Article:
Chasing unachievable profits
These unrealistic expectations come from analysts who “tend to fall in love with the companies they’re covering” and don’t forecast for the market as a whole, said Geoff Colvin at Fortune.
“Brace yourself for an increase in stupid, misleading, or illegal action by U.S. companies,” said Geoff Colvin. Expectations for corporate profits are “insanely optimistic” right now, and when companies fail to deliver the miracles Wall Street is forecasting, managers may start misbehaving. Many analysts are predicting double-digit profit growth this year, even though corporate profits are already near post–World War II record levels. “It makes no sense” to think they’ll climb still higher, especially given “America’s creeping economy, slowing growth in Asia, and potential cataclysm in Europe.”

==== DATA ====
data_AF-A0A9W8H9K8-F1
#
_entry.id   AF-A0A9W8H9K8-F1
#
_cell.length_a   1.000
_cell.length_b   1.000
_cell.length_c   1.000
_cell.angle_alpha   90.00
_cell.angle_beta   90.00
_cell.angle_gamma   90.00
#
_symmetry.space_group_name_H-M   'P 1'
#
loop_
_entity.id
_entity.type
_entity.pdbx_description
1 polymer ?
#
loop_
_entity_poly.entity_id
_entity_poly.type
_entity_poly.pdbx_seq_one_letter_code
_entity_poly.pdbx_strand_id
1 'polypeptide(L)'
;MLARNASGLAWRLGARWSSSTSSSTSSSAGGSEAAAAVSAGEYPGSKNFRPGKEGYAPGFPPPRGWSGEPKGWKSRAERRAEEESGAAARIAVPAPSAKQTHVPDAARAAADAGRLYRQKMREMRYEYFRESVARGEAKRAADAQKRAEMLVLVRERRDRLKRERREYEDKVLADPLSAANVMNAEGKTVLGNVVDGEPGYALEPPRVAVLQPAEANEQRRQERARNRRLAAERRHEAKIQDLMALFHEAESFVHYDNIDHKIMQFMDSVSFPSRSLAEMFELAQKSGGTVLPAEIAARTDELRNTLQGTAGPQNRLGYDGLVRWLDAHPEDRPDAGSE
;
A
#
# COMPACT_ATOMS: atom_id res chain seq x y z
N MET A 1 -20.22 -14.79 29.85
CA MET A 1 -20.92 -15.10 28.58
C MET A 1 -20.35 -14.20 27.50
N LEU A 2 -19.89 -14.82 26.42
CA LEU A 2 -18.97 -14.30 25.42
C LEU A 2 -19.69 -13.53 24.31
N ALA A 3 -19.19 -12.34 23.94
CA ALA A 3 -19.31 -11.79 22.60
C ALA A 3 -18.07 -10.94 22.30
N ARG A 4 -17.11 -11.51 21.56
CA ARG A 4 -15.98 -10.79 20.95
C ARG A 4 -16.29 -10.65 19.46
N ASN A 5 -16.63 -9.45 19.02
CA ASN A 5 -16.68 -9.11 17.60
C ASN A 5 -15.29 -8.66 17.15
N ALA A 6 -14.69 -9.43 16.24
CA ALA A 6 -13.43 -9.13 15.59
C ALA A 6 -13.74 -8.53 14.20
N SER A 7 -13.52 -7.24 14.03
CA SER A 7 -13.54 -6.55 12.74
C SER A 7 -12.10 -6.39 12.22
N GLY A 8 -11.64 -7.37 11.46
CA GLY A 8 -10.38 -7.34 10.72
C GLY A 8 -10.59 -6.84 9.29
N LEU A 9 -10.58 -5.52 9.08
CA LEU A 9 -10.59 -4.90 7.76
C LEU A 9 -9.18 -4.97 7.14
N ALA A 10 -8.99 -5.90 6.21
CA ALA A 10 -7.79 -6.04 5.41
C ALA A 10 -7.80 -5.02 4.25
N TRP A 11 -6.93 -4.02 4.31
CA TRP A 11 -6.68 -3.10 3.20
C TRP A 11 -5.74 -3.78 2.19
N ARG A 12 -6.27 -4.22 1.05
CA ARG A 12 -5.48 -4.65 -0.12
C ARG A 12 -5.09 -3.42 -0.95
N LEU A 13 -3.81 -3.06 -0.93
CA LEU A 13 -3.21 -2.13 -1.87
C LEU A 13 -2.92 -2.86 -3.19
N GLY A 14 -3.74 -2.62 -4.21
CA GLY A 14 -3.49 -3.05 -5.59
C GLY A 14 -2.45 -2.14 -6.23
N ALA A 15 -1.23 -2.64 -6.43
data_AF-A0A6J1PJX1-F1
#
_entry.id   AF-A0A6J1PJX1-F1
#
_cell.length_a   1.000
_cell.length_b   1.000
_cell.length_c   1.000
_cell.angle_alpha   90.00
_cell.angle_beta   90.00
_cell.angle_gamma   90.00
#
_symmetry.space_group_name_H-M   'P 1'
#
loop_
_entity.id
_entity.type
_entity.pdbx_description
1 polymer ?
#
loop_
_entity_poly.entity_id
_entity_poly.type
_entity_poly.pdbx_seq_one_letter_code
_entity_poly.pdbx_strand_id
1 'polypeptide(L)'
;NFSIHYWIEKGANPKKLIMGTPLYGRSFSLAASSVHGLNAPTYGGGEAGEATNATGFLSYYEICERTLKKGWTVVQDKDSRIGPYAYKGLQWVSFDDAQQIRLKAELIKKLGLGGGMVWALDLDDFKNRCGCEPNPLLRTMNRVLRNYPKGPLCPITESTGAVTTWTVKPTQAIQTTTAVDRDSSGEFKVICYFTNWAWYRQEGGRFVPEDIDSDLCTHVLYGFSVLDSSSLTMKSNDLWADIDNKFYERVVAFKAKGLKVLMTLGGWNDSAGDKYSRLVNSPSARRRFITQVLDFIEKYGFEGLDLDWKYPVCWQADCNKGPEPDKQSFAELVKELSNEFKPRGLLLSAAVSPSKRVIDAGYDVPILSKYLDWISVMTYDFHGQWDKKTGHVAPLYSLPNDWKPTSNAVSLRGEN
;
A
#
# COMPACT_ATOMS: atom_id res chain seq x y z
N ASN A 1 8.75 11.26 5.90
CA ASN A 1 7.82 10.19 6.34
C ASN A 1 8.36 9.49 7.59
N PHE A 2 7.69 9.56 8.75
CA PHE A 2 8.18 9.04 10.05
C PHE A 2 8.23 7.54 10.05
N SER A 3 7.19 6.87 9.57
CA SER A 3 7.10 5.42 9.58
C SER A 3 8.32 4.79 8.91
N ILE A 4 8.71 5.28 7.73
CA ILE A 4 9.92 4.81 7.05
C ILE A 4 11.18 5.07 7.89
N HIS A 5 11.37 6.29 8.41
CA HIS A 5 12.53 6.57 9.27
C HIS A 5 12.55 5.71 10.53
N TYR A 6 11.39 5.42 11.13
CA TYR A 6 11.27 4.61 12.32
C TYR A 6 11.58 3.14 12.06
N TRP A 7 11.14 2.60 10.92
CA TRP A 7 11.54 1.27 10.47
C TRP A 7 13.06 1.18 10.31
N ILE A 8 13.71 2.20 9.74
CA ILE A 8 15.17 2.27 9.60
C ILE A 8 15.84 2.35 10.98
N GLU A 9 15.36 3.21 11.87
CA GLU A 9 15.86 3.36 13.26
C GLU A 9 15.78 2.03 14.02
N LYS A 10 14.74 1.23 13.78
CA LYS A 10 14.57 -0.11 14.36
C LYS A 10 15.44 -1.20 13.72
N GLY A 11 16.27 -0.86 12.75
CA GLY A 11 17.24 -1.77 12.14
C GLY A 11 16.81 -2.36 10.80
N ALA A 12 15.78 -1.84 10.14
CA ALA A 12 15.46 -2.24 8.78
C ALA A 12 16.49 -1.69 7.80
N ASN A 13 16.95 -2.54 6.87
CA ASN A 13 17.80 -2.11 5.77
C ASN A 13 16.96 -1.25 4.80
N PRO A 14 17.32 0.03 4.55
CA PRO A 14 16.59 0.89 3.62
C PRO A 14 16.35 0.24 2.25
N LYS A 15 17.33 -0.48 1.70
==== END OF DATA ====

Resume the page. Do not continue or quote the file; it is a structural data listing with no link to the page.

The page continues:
These unrealistic expectations come from analysts who “tend to fall in love with the companies they’re covering” and don’t forecast for the market as a whole. Managers then try to meet those expectations, even if it means “doing things they shouldn’t,” like slashing investments that pay off in the long term or “playing the accounting rules like a fiddle”—not to mention resorting to fraud. The wise investor will look past the irrational exuberance and see that these profit expectations are “clearly in fantasyland.”